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ECB in surprise rate cut to avert deflation

The European Central Bank surprised financial markets on Thursday (Sep 4) with a new cut in key interest rates and an asset purchase scheme to ward off deflation in the single currency area.

FRANKFURT: The European Central Bank surprised financial markets on Thursday (Sep 4) with a new cut in key interest rates and an asset purchase scheme to ward off deflation in the single currency area.

The news sent the euro down by more than a cent against the dollar to the lowest level for 13 months, and boosted European and US stocks.

Against a background of growing concern that the eurozone is on the verge of dangerous spiral of falling prices the ECB cut its central "refi" refinancing rate to 0.05 per cent from 0.15 per cent. It also lowered the deposit rate to minus 0.20 per cent from minus 0.10 per cent and trimmed its marginal lending rate to 0.30 per cent from 0.40 per cent.

Few analysts had expected any further rate action this month, arguing that, with eurozone borrowing costs already at record lows, a cut would not prove particularly effective. At a news conference to explain the reasoning behind the move, ECB chief Mario Draghi also unveiled plans to buy asset-backed securities (ABS) to help kick-start credit in the region.

But the measures would not stop there. "Should it become necessary to further address risks of too prolonged a period of low inflation, the governing council is unanimous in its commitment to using additional unconventional instruments within its mandate," Draghi told a news conference.

QE DISCUSSED

Many observers had expected the ECB to embark on a policy of what is known as "quantitative easing" or "QE", a radical policy - already used by other central banks such as the US Federal Reserve - of buying securities on a big scale to inject cash into the economy. Draghi said that such a programme had been discussed, but the governing council opted for a narrower ABS scheme instead.

Pressure has increased on the ECB to act after eurozone inflation slowed to just 0.3 per cent in August from 0.4 percent the previous month. The latest data puts inflation worryingly far below the central bank's target of just under 2.0 per cent and brings the single currency area perilously close to deflation. This is a climate of falling prices which can cause businesses and consumers to delay purchases, further reducing demand and prices and pushing up unemployment.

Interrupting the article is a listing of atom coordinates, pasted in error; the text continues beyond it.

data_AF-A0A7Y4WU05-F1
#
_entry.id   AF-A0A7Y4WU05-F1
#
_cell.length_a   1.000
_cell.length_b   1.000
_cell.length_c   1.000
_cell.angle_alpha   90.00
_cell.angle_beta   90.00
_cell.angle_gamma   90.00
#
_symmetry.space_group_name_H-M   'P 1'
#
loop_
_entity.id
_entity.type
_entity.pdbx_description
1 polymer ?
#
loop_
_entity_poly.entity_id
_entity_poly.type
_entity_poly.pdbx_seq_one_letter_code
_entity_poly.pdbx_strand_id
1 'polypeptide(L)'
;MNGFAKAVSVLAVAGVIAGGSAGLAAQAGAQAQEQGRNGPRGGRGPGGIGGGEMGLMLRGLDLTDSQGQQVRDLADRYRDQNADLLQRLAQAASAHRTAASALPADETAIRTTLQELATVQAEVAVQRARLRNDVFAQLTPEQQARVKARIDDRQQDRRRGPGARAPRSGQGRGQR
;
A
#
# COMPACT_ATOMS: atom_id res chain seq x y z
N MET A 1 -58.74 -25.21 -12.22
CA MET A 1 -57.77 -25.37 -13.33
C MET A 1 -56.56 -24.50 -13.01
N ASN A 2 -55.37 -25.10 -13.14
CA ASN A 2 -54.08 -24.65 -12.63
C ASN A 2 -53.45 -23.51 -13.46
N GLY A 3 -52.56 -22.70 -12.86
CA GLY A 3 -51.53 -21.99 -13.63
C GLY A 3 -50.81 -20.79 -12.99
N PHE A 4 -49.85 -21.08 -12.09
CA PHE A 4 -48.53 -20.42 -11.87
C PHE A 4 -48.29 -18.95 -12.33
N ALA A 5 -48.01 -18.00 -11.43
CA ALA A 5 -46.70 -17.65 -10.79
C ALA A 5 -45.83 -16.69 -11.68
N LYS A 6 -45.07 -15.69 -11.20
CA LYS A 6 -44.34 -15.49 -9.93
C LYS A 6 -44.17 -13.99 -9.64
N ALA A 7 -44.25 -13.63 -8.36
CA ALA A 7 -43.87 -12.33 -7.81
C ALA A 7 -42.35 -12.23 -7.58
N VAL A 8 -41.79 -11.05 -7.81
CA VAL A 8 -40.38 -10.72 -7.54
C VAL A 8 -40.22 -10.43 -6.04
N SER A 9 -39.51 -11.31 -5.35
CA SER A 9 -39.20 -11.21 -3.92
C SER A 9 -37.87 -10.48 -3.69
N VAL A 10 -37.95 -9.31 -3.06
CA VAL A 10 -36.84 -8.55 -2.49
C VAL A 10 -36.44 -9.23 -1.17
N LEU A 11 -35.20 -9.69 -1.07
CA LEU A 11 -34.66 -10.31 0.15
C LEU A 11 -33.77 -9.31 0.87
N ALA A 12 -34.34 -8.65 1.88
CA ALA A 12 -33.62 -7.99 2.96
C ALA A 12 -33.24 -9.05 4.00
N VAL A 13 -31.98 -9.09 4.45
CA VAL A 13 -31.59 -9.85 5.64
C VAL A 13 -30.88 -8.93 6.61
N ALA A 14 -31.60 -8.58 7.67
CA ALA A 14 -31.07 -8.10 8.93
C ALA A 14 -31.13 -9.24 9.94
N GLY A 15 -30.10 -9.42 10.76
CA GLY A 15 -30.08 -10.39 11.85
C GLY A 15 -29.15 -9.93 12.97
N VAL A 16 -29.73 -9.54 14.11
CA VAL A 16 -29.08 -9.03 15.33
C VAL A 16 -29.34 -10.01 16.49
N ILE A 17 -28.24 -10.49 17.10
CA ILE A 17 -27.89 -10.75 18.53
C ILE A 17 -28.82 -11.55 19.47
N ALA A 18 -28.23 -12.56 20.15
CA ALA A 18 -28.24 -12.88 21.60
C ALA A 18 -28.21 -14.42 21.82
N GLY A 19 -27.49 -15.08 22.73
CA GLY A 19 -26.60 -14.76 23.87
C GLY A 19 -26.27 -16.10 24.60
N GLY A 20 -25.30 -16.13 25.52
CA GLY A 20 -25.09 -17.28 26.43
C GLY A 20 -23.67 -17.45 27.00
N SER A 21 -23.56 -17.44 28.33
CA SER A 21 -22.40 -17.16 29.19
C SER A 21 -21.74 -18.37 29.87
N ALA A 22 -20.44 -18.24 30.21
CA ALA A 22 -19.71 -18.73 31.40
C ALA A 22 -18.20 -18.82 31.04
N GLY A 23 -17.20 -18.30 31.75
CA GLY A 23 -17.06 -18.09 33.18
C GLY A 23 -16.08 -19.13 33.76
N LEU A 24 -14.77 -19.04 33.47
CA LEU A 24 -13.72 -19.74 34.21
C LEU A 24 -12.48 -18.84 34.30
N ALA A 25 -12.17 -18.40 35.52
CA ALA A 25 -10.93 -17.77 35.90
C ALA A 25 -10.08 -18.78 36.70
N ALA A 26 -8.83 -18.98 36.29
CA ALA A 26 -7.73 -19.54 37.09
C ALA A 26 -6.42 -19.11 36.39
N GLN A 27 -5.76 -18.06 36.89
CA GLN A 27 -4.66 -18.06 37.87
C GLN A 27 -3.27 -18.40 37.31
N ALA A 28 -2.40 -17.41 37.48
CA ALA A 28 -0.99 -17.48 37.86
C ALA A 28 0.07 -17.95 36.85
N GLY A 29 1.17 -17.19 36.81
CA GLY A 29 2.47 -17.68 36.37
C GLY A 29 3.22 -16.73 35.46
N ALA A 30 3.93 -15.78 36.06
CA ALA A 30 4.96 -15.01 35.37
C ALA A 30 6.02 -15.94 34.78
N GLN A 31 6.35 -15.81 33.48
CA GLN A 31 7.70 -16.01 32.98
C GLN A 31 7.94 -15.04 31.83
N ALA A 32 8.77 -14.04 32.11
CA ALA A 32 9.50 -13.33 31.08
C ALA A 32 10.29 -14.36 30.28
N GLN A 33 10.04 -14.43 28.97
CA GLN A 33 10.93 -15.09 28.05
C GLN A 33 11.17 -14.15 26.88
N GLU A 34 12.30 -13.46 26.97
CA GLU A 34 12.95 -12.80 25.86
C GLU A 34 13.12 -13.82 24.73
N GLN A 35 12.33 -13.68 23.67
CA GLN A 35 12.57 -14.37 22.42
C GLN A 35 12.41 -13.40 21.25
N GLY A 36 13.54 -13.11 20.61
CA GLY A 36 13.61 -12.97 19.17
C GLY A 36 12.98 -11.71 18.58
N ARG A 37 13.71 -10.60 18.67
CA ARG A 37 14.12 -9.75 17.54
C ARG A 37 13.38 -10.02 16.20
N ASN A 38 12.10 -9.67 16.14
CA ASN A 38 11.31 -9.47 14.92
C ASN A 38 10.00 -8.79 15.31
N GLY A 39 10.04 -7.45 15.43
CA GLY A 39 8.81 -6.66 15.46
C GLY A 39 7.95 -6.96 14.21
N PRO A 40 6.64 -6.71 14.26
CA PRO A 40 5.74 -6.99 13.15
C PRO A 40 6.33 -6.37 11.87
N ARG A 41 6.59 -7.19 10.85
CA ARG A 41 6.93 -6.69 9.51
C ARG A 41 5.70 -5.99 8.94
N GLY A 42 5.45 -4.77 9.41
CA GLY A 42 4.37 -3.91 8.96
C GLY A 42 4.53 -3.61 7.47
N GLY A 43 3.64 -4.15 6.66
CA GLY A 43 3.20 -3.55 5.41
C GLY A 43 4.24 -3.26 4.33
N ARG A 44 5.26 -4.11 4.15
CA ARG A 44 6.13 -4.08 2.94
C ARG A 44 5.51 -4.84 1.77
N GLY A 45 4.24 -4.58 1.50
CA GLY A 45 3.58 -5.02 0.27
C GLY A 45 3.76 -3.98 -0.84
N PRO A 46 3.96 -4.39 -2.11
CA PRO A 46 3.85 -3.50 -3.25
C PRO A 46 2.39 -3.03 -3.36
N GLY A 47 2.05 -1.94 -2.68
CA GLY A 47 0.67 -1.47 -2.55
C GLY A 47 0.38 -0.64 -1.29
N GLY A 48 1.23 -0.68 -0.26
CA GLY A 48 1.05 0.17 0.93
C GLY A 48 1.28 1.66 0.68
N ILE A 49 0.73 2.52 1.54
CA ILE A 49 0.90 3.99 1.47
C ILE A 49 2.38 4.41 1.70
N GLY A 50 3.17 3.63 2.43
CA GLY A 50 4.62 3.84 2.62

But there is resistance to QE because it would entail the ECB buying up sovereign bonds, which many critics - including the German central bank or Bundesbank - view as monetary financing, or printing money to pay a country's debt. The ECB is expressly forbidden from doing that.

NOT UNANIMOUS

Draghi revealed that both the decisions to cut rates and embark on an ABS scheme were "not unanimous." Nevertheless, the measures adopted were agreed by a "comfortable majority" on the decision-making governing council, Draghi said.

The moves became necessary as the growth and inflation outlook continues to cloud over for the euro area.

According to the ECB's own latest forecasts, gross domestic product (GDP) is expected to expand by 0.9 per cent in 2014 and 1.6 per cent in 2015. "Compared with our projections in June, the projections for real GDP growth for 2014 and 2015 have been revised downwards," Draghi said.

The bank said inflation was expected to be 0.6 per cent this year - a lower rate than the 0.7 originally forecast.

Inflation in the eurozone cannot be brought back up to target by means of monetary policy alone, and governments must also play their part with reforms, Draghi insisted. "It will be very difficult to reach an inflation target of close to 2.0 percent based on monetary policy. We need growth as well," Draghi said. "For doing that, you need other things, fiscal policy, structural reforms first and foremost." 

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